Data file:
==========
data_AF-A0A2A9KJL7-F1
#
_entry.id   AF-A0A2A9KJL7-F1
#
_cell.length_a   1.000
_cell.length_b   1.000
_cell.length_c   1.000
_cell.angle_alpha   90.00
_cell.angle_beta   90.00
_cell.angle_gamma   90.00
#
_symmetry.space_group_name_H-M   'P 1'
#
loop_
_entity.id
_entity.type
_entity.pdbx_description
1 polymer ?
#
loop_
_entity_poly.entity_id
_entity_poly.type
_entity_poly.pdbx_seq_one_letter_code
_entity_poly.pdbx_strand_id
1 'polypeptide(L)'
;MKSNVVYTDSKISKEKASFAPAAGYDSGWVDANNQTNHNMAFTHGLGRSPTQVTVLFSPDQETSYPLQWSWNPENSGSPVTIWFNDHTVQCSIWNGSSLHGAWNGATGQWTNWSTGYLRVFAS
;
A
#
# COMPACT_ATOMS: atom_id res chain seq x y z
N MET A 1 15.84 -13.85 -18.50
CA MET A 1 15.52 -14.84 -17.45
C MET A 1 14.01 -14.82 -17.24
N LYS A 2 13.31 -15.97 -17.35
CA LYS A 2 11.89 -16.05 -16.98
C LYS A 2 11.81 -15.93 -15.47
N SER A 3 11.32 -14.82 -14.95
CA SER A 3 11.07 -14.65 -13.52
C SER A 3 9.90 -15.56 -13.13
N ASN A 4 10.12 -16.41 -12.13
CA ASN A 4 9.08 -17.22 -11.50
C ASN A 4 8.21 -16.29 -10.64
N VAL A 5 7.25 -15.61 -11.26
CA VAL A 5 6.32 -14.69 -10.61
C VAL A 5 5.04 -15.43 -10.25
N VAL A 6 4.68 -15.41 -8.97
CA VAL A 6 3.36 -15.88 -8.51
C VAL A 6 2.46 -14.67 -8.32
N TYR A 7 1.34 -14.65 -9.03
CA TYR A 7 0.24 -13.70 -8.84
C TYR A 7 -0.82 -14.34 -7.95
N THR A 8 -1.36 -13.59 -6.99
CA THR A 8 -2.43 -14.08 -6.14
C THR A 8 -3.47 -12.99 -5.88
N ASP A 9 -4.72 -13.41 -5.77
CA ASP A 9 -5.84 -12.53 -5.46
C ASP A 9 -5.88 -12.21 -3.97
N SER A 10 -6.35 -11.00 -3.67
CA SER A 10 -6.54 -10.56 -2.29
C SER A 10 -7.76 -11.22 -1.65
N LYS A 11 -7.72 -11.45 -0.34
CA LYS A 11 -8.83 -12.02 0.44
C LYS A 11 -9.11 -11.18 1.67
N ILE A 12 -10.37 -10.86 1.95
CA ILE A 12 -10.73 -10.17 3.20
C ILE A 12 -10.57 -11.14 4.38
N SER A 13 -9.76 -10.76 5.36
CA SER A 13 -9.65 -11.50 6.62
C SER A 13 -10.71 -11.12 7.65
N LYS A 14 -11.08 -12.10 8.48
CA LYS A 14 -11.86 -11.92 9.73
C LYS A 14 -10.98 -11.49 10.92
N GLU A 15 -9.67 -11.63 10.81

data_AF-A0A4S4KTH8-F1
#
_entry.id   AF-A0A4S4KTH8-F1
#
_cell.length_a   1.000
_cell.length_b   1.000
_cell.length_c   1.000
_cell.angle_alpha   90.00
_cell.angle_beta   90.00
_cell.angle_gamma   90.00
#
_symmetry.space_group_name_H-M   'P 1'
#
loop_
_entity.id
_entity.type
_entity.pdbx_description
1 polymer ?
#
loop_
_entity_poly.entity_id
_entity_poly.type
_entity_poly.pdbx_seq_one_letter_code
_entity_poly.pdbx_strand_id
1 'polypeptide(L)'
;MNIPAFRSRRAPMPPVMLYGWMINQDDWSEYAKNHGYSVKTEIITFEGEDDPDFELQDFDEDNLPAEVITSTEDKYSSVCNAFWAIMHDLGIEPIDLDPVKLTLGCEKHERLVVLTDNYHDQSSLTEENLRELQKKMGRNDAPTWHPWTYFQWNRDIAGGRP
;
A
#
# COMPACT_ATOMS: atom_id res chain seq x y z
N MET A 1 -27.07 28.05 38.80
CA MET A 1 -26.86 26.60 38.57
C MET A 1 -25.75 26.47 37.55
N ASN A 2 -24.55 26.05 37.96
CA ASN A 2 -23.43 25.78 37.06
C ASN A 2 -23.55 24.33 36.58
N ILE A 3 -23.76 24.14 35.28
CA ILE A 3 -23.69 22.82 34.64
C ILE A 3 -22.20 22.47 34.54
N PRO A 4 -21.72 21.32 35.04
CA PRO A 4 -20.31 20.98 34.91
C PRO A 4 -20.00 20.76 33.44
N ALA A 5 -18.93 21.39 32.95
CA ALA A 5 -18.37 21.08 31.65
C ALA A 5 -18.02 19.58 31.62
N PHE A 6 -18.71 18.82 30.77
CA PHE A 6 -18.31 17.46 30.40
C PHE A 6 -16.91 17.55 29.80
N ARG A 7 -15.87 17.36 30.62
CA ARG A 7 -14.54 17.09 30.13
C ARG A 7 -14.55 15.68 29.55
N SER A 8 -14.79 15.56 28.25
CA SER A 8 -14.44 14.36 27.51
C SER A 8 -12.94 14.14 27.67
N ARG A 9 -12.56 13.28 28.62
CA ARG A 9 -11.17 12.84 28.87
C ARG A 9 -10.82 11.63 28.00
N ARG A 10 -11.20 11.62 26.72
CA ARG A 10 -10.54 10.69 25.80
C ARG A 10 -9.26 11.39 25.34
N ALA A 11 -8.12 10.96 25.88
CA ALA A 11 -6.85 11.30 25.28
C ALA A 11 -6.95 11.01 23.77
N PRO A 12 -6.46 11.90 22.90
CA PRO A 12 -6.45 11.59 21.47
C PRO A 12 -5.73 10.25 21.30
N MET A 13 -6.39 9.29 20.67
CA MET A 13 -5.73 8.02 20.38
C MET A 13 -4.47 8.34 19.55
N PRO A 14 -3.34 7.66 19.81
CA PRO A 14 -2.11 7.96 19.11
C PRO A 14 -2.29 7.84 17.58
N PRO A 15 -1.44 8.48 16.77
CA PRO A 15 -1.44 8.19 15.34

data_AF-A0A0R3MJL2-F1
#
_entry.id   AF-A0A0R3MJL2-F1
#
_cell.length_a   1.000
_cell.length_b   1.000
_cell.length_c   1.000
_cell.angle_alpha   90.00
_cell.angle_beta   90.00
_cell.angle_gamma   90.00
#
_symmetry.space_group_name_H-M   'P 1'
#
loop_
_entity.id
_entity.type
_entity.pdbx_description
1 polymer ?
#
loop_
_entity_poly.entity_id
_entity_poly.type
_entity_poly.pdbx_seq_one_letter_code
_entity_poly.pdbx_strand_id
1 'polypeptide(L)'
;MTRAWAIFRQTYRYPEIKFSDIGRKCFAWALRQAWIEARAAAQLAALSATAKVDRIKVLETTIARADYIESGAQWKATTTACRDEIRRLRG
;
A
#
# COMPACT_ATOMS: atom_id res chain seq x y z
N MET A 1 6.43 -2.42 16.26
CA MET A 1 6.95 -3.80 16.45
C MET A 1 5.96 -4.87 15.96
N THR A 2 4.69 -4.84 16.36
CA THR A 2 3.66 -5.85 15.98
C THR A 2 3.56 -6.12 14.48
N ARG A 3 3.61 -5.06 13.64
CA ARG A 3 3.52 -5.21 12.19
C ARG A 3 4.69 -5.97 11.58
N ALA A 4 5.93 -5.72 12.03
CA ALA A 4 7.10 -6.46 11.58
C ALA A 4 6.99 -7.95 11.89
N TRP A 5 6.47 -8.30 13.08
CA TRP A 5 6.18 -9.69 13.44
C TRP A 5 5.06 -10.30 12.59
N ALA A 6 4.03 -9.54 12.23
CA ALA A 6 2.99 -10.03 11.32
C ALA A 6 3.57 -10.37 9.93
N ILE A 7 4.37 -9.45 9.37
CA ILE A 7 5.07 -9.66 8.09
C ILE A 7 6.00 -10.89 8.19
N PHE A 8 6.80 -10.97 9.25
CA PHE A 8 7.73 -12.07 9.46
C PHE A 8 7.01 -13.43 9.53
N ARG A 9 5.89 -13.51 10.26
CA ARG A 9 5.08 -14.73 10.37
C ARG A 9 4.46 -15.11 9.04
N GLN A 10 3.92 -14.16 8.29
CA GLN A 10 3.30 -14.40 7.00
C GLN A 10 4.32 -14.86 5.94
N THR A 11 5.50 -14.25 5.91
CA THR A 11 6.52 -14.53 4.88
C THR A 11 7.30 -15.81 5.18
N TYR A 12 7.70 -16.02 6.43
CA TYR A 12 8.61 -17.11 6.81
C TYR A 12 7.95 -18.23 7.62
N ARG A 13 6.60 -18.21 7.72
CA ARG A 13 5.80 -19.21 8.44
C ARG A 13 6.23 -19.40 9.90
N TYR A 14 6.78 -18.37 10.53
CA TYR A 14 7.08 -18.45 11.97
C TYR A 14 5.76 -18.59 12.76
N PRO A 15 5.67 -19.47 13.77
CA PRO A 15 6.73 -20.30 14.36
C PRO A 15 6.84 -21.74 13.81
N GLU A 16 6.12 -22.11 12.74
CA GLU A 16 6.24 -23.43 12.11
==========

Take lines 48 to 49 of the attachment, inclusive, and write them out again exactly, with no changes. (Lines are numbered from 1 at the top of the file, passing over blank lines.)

C VAL A 6 2.46 -14.67 -8.32
N TYR A 7 1.34 -14.65 -9.03